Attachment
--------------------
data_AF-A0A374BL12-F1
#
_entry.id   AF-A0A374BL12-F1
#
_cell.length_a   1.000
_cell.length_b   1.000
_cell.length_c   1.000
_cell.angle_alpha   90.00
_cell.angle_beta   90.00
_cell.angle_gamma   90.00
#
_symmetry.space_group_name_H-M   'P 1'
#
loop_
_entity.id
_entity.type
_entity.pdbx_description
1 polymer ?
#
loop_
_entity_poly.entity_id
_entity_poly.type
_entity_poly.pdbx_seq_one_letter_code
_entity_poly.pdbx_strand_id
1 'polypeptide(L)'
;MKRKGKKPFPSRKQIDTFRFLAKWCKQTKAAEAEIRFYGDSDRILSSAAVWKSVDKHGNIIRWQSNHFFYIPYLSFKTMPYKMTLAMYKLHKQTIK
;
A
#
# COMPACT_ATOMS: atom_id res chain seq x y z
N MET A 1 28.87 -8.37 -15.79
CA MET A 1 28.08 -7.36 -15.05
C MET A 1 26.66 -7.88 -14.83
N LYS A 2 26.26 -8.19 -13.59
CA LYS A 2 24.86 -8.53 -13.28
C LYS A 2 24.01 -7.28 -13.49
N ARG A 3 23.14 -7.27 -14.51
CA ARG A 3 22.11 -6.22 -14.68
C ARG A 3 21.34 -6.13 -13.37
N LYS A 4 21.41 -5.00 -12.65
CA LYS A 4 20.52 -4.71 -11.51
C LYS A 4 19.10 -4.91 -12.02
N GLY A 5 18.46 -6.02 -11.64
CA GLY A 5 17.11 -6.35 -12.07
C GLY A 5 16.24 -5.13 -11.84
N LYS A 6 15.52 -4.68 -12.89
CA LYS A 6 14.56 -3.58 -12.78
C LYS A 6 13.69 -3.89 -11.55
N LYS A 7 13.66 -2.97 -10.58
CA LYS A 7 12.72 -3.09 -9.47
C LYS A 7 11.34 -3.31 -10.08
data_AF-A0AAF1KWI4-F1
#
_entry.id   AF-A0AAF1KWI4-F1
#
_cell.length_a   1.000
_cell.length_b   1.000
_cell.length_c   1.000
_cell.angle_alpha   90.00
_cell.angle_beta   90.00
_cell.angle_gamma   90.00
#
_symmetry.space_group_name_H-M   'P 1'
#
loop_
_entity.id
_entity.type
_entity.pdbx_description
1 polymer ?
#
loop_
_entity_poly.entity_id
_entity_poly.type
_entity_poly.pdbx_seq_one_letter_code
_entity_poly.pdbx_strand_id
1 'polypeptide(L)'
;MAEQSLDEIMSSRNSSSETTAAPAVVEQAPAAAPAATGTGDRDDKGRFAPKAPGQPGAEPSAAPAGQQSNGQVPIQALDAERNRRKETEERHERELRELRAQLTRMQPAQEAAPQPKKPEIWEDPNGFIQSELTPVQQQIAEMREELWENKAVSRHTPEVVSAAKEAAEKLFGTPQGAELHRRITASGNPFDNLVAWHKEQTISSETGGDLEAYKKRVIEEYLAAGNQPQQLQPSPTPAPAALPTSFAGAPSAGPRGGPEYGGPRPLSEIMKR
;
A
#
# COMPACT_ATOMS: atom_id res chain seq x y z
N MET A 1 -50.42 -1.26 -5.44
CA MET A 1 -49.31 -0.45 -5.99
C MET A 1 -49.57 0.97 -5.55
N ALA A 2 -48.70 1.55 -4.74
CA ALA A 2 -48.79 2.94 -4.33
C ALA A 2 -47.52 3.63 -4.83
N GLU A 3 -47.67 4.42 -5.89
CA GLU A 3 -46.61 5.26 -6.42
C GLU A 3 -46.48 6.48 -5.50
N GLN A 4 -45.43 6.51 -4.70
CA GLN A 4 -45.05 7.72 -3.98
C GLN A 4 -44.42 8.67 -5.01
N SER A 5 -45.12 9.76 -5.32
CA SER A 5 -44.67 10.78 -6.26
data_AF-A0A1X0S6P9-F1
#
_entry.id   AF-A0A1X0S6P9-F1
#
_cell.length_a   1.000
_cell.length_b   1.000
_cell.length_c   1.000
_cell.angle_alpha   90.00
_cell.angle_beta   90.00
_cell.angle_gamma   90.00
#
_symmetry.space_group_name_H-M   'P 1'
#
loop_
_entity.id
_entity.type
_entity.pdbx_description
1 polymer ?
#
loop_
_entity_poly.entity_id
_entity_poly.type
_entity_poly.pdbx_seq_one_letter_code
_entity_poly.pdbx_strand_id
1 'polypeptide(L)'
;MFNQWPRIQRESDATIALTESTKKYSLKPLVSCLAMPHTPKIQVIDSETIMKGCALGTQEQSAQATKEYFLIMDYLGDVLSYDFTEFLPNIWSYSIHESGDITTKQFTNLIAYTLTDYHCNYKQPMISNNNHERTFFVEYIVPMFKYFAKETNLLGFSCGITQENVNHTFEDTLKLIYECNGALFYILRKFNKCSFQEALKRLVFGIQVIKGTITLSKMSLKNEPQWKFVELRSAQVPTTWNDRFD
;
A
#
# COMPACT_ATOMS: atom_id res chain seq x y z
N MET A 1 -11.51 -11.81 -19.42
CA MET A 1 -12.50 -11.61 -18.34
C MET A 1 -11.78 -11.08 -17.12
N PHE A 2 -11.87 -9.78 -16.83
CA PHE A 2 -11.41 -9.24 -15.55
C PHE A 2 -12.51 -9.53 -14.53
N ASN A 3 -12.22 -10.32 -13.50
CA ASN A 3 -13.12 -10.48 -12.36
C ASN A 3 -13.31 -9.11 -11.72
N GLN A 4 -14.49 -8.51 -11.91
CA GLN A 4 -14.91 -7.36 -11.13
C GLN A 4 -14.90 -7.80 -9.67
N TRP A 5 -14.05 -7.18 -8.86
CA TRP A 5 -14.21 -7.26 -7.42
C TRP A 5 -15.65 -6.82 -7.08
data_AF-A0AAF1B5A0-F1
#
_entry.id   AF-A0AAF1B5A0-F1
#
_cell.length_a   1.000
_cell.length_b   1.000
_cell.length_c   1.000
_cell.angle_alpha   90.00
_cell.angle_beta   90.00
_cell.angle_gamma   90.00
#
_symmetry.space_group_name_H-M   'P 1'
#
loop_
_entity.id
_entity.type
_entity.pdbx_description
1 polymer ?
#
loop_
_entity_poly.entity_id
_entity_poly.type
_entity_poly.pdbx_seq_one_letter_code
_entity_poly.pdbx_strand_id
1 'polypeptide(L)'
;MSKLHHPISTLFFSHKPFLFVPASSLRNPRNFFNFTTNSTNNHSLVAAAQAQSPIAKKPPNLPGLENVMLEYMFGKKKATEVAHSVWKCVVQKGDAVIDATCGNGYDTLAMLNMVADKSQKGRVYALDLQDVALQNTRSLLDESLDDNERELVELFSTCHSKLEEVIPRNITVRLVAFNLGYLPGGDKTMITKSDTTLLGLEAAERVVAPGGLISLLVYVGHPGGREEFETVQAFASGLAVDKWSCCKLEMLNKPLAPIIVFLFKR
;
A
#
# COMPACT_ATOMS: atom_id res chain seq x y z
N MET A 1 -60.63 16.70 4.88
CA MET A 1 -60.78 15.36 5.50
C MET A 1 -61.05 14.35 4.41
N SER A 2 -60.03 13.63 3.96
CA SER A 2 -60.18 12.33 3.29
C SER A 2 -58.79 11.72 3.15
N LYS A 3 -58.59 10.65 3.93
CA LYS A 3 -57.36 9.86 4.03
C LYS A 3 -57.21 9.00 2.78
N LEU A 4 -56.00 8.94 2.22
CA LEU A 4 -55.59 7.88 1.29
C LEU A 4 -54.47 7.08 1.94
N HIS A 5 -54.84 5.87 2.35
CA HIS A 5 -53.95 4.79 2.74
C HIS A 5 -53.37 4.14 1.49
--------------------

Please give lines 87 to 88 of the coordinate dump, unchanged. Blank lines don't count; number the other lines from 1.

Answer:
C ALA A 2 -47.52 3.63 -4.83
N GLU A 3 -47.67 4.42 -5.89